Thursday, November 03, 2011

A million apologies to Pirouz

And to anyone else whose comment is caught in this site's spam filter.

I haven't been posting much recently or coming by here. Just writers block, or more a situation where the Middle East hinges in every important way on what happens in Egypt, specifically Egypt's elections, but those have been postponed and Egypt, certainly at the US' urging, has adopted an innovative three stage election process.

Mubarak is gone. Mubarakism is gone. I also don't want to judge Egypt harshly before there is something tangible to judge. But the shape of the Middle East depends on how the Egyptians vote, how the US' allies in Egypt respond to the elections, and the responses and counter-responses from there.

Nothing else in the Middle East is really important comparatively.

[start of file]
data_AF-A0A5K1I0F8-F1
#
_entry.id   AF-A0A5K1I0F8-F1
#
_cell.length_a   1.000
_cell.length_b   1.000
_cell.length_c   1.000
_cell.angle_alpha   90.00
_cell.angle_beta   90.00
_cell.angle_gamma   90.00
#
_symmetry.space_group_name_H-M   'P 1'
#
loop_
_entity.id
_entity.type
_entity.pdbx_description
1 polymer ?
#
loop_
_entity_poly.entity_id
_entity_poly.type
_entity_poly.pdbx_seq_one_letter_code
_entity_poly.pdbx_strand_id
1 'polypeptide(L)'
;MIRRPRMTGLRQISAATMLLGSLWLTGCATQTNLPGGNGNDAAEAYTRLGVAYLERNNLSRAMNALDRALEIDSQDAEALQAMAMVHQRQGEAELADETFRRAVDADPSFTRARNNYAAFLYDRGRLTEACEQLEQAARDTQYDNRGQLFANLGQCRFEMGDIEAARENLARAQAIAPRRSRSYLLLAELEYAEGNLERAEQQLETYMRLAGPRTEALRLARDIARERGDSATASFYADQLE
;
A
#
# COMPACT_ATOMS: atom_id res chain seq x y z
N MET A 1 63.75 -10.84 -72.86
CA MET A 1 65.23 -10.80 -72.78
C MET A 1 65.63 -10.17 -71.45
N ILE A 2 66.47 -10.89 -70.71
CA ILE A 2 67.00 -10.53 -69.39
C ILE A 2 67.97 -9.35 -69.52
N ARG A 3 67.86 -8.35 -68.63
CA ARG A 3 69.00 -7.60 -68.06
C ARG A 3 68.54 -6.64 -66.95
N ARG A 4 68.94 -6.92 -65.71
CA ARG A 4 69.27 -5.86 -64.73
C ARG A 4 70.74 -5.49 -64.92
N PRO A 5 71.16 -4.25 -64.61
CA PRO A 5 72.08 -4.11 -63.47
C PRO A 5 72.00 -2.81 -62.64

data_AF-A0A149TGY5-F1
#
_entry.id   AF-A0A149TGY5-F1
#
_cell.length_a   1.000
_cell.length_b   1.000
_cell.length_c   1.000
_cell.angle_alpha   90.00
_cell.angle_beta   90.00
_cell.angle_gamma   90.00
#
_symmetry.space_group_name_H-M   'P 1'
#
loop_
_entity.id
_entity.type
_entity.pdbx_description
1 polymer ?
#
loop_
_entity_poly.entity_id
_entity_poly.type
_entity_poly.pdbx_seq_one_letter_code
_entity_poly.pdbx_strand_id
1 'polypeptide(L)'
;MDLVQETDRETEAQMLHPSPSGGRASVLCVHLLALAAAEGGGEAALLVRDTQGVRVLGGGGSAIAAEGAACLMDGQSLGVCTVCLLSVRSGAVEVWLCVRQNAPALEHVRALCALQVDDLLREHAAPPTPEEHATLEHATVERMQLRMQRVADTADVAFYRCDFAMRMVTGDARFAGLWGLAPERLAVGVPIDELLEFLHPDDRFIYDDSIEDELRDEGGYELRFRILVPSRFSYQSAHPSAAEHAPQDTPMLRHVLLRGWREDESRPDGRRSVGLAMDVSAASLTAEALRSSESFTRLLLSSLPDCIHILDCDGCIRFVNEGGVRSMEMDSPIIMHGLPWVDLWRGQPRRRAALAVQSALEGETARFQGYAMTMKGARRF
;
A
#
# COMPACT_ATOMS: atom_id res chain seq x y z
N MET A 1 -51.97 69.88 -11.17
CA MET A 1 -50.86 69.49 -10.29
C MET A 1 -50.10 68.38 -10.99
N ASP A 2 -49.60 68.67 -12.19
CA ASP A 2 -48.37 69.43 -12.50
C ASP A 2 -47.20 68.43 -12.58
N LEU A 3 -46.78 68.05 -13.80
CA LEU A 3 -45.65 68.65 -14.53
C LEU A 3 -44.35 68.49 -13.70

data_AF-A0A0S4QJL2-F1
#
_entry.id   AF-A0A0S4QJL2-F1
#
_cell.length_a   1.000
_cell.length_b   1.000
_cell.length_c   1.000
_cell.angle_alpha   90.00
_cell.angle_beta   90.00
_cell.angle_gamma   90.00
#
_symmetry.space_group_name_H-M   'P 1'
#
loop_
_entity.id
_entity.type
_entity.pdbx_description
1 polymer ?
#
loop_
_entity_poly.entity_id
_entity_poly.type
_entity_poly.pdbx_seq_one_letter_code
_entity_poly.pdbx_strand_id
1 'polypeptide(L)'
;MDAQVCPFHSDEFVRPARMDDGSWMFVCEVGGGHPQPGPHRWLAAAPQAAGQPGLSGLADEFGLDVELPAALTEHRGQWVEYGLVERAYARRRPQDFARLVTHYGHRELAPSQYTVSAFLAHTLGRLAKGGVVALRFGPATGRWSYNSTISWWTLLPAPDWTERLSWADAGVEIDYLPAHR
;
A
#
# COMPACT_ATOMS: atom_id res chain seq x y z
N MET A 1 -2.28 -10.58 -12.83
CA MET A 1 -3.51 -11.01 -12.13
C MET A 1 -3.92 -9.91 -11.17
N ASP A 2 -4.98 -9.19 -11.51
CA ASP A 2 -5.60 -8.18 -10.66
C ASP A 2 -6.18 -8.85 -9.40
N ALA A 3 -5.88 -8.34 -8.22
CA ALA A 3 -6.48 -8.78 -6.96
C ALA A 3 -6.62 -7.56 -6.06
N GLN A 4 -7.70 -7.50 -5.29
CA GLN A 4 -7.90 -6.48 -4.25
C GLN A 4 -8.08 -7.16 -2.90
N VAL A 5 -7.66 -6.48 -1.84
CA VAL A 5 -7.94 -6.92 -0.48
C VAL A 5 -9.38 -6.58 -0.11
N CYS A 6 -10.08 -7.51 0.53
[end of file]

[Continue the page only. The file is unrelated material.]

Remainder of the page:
Assad will be in power at least until we've seen the first set of results in Egypt and what happens in Syria after that will be strongly influenced by what happens in Egypt in ways that I can't predict until Egypt is in sharper focus.

Hurray for Iraq for, contrary to US efforts, apparently choosing to fully remove US troops.

US influence has been on the decline for a long time now.

Iran loses its threat to attack the US in Iraq, but gains decreased US capabilities to thwart Iraqi cooperation with Iran with regard to Syria now and Jordan, Kuwait and Saudi Arabia in future years.